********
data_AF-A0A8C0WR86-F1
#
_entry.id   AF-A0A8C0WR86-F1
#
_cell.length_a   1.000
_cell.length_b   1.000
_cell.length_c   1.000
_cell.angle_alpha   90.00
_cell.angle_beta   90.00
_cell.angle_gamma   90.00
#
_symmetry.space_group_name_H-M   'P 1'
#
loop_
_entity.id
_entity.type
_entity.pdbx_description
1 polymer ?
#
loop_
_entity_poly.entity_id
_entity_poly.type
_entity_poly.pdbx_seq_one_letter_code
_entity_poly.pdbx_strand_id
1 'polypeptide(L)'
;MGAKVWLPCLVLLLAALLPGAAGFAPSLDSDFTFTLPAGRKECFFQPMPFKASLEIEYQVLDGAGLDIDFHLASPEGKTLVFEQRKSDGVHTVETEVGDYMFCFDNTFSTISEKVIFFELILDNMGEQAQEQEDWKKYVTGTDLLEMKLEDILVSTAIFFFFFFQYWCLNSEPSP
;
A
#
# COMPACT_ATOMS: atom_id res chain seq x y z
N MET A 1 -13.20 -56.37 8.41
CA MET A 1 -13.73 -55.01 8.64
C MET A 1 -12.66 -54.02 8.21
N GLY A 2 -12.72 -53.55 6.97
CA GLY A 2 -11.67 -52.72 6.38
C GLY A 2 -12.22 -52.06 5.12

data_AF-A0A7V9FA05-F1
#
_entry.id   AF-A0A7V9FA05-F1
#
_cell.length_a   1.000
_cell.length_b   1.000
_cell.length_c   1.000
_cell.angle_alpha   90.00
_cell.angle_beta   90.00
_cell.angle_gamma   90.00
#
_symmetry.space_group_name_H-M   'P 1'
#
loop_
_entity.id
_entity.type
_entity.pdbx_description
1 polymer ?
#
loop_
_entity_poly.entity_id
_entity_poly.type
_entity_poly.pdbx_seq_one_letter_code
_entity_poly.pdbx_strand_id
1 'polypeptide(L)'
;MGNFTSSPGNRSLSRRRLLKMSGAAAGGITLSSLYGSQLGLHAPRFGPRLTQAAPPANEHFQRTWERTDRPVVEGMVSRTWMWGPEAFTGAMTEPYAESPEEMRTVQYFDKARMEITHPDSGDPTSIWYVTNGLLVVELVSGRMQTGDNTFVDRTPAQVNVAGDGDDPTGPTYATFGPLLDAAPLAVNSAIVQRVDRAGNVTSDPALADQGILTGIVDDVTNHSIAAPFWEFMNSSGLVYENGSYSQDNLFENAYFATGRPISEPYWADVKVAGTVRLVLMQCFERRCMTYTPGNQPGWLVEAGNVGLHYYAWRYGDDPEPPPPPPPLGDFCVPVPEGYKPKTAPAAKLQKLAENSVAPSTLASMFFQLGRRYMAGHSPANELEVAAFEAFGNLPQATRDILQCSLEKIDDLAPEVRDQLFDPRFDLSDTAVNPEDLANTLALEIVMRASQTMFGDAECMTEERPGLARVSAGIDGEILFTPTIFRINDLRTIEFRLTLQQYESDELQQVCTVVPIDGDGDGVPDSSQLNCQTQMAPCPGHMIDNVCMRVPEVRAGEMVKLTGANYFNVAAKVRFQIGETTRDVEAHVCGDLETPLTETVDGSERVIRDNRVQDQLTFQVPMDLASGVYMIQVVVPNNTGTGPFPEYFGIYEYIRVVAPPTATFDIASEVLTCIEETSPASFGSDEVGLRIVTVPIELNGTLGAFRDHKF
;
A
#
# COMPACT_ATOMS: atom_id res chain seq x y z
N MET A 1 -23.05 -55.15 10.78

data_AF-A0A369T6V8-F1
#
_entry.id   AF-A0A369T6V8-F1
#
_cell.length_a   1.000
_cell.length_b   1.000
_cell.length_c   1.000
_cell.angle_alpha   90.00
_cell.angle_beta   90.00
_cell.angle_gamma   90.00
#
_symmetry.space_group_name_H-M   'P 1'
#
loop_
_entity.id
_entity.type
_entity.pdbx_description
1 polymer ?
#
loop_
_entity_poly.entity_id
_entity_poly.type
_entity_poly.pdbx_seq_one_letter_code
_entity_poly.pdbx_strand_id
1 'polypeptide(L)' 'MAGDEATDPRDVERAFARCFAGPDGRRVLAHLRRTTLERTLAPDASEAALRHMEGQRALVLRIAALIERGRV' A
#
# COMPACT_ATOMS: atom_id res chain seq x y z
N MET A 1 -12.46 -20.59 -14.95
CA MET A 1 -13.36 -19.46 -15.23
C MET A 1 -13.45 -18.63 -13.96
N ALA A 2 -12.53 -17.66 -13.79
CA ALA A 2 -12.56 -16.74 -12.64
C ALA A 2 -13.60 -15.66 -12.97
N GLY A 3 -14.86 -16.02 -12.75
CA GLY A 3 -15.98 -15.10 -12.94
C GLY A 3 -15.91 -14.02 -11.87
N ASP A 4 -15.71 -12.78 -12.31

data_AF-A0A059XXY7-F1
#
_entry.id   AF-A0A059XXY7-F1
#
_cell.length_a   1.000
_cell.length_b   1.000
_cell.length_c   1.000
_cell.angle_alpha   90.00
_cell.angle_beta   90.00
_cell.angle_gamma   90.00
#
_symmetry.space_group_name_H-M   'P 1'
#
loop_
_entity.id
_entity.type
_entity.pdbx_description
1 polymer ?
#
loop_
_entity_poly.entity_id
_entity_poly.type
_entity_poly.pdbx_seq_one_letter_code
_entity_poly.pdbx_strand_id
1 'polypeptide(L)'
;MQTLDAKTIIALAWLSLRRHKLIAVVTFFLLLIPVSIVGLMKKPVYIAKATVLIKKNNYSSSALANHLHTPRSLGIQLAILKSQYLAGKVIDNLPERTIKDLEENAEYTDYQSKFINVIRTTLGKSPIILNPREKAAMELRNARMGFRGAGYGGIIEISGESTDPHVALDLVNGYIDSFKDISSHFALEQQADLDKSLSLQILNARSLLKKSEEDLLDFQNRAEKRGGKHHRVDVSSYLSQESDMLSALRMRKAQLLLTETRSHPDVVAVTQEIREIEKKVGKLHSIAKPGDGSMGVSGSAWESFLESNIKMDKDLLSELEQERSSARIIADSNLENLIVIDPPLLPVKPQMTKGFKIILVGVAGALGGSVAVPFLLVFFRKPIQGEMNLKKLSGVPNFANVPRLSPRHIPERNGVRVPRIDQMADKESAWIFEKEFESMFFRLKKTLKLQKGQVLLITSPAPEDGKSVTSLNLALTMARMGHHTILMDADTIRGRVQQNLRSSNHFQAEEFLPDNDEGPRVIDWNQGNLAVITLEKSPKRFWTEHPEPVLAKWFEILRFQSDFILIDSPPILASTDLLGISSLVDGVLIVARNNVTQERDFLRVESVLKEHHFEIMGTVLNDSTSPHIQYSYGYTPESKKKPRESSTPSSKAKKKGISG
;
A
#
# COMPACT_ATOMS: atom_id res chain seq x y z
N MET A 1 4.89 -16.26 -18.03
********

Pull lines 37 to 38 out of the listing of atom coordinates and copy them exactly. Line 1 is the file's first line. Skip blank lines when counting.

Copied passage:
data_AF-A0A7V9FA05-F1
#